As one of the top-ranked fighters on the planet not employed by Zuffa, Eddie Alvarez keeps himself grounded by surrounding himself with champions.
The Bellator lightweight star trains regularly alongside Ultimate Fighting Championship (UFC) 155-pound titleholder Frankie Edgar, as well as Bellator bantamweight champion Zach Makovsky at his hometown gym, The Philadelphia Fight Factory.
Alvarez currently sits atop the lightweight division in Bellator, having won the promotion's inaugural title with three consecutive submission stoppages in 2009. Currently ranked the number four 155-pound fighter in the world, he defended his title for the first time with a dominant five round decision against Pat Curran this past April.
And he's ready for the next challenger in Xtreme Couture fighter and former Division I All-American Wrestler Michael Chandler.
Alvarez will fight to retain his belt this Saturday night (Nov. 19, 2011) at Bellator 58 in Hollywood, Florida. The Philadelphia, Pa., native was recently a guest on Bloody Elbow Radio where he spoke with myself and Matt Bishop about recovering from injury, what he expects from the Chandler challenge and reaching his potential as a fighter.
And more. Check out our interview with Alvarez after the jump:
Matt Bishop: I know you're coming off an injury so how has training been into this fight?
Eddie Alvarez: Training's excellent, man. Unfortunately, I had to postpone. I lost myself a lot of money in the postponement because the original time and place was at Atlantic City a month earlier and it would have meant a lot more money and revenue for myself but I had to do the smart thing and the better long term thing for my career and we're here now and looking back in retrospect, it was something that needed to be done. I'm happy I'm here. I'm injury free and I'm ready to fight.
Matt Bishop: How did that decision process go for you? Did you have people around you advising you either way or did it just come down to what you felt was the right decision for you?
Eddie Alvarez: It definitely wasn't my decision. I'm a fighter first and I do everything I can to fight and I've been in situations in my career where, especially during the Dream tournament where I was very badly injured and if you would have gave the decision to me, I would have fought. I would have dealt with anything after the Kawajiri fight and begged them to let me go fight and the doctors told me, "No," and everyone who knew about the injury advised against me fighting and when I look back, it was the better decision.
I could have went blind then and in this case, I could have set myself back a ton not only if I took a loss due to the injury but just the injury itself could have got worse. It wasn't a good thing and I talked to the people around me. Ricardo Almeida really helped me through it, speaking with him and his experiences. My wife helped me through it, just the people that sincerely care about me and what I do, I listened to their opinion and what they thought and they definitely helped me.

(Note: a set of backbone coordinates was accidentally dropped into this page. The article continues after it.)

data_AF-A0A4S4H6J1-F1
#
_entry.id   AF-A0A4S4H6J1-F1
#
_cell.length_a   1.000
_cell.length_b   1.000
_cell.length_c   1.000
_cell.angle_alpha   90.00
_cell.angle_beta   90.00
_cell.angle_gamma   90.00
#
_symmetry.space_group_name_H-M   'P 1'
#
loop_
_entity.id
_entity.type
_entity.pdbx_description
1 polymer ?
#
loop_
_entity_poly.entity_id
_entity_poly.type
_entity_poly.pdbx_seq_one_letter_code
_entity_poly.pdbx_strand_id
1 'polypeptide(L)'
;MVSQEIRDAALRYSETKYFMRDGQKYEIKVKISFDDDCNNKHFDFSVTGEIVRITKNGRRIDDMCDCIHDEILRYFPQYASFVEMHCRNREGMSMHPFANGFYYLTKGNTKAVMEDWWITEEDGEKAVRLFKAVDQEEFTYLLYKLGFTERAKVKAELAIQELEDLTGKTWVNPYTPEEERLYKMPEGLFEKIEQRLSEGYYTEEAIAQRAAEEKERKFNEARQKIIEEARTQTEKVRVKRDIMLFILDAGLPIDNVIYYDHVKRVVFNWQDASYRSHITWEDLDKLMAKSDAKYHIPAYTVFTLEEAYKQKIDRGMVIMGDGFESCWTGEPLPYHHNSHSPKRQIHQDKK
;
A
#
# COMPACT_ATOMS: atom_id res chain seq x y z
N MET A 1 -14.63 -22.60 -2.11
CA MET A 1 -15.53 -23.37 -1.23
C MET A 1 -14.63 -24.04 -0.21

Brian Hemminger (MMAmania.com): You didn't reveal the nature of your injury which is completely understandable but you have mentioned that it was caused by going a little too hard, too soon in your training. Did you have to take a step back, slow down a little bit? What precautions did you take in this last six weeks or so to make sure that you came in fully healthy?
Eddie Alvarez: Sometimes, you overdo it. I spent the last three and a half months convincing myself that Mike Chandler actually has a shot at beating me and I sincerely convince myself every training camp that whoever fights me, they have a shot, they have a sincere shot of beating me and dominating me and that sort of is what drives me every training camp to push as hard as I do. It was a lot of that, pushing myself, waking up early, going to bed late and just pushing a little too hard and I ended up injuring myself. It happens but I learned from it and I learned how to pull through it and hopefully it don't happen again.
Brian Hemminger (MMAmania.com): We had Michael Chandler on the show last Thursday and he said that he doesn't think you'll be able to stop his takedowns. How big of a concern is his wrestling coming into this fight?
Eddie Alvarez: It's a concern and it's something we addressed coming into my camp. It's great that he's coming into the fight with that sort of confidence. I don't want to defend my belt against a guy who's not so sure of his ability. Everybody sees themselves fit to be unstoppable and you don't know until you get in there. Usually when you're that confident and you get in there and you realize, "Damn, these things that I thought were gonna work aren't really working," that's when they usually change their tune, change their attitude and everything goes south from there. That's what we're planning on doing to him at a very early stage in the fight. Everything going south for him and him realizing that he's a lot less dominant than he thinks he is.